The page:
Objective: Current knowledge of the relationship between epilepsy and schizophrenia-like psychosis is examined, and the proposed pathogenetic mechanisms are evaluated.
Method: The author provides an overview of the published literature on epilepsy and schizophrenia-like psychosis.
Results: The schizophrenia-like psychoses of epilepsy are inadequately categorized by the current classifications. Their categorization into ictal, postictal, and interictal psychoses is clinically useful, but it does not imply distinct pathophysiology for each. The recent interest in postictal psychoses has opened an important avenue for research. Brief interictal psychoses, involving alternation between epilepsy and psychosis and accompanied by forced normalization, are uncommon. Many aspects of the relationship with chronic interictal psychosis remain controversial. The majority of investigators support a special but not exclusive relationship with mediobasal temporal lobe epilepsy, and left temporal bias receives only limited support. The chronic psychosis resembles schizophrenia phenomenologically. Some suggested risk factors are severe and intractable epilepsy, epilepsy of early onset, secondary generalization of seizures, certain anticonvulsant drugs, and temporal lobectomy. Different neuropathological studies suggest the presence of cortical dysgenesis or diffuse brain damage.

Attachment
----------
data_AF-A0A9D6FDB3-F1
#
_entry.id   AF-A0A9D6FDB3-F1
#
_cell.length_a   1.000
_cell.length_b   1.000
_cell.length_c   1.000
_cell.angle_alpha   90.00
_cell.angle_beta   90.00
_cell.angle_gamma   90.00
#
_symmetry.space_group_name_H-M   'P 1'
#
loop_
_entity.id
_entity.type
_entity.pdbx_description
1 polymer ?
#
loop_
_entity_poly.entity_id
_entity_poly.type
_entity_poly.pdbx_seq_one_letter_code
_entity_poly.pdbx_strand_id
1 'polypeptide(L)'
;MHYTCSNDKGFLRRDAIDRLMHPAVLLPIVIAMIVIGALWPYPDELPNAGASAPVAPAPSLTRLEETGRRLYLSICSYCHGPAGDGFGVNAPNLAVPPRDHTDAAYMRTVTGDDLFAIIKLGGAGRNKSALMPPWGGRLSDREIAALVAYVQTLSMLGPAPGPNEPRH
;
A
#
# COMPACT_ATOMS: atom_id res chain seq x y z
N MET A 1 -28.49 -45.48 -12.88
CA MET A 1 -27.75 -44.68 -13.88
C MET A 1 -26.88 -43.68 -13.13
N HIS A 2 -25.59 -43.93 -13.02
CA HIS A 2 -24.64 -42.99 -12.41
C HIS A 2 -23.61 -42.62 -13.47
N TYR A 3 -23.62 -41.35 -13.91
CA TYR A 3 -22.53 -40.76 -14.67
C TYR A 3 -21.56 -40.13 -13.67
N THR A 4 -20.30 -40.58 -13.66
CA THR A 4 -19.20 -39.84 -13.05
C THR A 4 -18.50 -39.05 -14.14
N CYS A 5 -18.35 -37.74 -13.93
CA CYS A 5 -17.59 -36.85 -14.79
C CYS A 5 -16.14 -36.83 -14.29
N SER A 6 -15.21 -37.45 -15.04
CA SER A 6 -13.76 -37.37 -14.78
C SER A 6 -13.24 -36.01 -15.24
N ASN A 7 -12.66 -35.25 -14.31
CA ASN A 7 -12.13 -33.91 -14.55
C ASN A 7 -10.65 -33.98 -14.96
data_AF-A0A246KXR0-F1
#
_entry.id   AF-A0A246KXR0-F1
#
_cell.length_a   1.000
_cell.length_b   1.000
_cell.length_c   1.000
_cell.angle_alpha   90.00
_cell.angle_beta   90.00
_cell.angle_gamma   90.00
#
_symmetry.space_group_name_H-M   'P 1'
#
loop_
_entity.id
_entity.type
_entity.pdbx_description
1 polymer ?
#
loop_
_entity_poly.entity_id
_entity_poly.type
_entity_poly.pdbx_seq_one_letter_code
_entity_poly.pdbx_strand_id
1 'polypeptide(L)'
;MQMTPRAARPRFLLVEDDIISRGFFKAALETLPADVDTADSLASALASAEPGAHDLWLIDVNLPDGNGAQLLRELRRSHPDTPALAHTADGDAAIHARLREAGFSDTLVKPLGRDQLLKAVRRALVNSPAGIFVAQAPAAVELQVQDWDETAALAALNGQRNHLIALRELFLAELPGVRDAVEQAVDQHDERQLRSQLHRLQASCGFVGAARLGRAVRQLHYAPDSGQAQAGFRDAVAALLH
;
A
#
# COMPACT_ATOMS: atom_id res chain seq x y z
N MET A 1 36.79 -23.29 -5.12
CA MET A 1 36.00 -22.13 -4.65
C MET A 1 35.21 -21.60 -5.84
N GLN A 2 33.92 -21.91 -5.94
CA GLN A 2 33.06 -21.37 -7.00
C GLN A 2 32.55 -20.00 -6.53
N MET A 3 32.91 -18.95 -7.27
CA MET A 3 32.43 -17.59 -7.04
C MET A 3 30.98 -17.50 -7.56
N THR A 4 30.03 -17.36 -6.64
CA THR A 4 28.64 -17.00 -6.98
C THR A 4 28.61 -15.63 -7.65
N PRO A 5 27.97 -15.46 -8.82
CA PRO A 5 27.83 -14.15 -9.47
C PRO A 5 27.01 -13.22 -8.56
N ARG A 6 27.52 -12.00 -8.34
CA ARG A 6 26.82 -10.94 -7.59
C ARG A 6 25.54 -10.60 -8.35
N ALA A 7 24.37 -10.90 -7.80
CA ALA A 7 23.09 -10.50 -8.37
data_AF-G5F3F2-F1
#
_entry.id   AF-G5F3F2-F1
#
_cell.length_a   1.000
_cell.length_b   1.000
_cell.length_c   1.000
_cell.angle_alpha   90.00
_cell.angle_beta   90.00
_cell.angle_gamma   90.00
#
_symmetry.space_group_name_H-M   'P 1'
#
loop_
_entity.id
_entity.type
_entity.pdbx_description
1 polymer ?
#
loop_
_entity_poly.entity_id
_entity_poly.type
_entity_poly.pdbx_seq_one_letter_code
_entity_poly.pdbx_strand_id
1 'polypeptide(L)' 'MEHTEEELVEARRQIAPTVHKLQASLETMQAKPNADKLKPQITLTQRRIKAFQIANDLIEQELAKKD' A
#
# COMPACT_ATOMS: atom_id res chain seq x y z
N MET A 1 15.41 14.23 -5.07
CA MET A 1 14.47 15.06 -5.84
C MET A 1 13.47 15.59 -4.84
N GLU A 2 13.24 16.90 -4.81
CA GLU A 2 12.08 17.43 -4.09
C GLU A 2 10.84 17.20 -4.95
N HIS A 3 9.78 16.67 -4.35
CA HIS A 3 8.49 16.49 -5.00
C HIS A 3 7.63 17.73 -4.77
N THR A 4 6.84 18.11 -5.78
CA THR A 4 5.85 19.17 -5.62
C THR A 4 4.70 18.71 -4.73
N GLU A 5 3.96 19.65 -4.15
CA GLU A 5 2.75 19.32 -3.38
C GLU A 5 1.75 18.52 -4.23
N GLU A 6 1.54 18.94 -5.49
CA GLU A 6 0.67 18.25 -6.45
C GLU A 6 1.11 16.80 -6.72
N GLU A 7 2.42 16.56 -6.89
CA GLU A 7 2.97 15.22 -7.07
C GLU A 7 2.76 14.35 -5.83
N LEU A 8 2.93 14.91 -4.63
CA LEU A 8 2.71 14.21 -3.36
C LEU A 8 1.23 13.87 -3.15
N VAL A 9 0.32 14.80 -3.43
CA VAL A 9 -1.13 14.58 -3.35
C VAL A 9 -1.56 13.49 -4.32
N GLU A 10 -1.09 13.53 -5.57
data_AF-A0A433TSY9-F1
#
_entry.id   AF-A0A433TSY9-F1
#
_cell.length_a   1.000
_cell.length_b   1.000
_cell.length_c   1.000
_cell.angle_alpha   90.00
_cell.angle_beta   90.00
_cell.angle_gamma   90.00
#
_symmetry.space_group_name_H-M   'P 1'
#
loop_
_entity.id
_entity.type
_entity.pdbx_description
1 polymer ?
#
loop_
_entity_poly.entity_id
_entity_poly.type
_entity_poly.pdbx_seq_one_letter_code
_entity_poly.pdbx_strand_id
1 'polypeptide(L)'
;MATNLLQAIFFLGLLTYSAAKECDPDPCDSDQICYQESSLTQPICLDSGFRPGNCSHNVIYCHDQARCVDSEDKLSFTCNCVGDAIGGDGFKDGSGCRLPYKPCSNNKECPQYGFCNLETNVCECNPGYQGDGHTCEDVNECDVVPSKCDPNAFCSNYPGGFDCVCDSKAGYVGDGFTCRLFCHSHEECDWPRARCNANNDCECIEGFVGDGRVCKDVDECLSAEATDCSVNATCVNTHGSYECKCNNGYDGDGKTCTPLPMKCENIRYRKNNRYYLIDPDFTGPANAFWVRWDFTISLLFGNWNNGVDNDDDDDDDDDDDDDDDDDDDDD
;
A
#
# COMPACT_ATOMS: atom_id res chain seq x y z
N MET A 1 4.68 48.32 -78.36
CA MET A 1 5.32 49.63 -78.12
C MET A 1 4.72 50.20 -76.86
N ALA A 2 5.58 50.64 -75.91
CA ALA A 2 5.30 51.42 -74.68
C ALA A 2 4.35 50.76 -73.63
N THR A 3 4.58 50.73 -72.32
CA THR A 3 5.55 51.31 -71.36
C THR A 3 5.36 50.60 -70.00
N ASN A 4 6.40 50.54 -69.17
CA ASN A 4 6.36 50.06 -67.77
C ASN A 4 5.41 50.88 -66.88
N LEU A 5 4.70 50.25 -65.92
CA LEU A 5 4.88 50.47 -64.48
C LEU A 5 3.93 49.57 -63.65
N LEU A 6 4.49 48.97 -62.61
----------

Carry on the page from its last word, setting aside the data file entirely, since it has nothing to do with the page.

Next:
Conclusions: There are many mechanisms by which epilepsy may be associated with schizophrenia-like psychosis. It is likely that structural brain abnormalities, e.g., cortical dysgenesis or diffuse brain lesions, underlie both epilepsy and psychosis, and that the seizures modify the presentation of the psychosis, and vice versa, thus producing a clinical picture of both an affinity and an antagonism between the two disorders.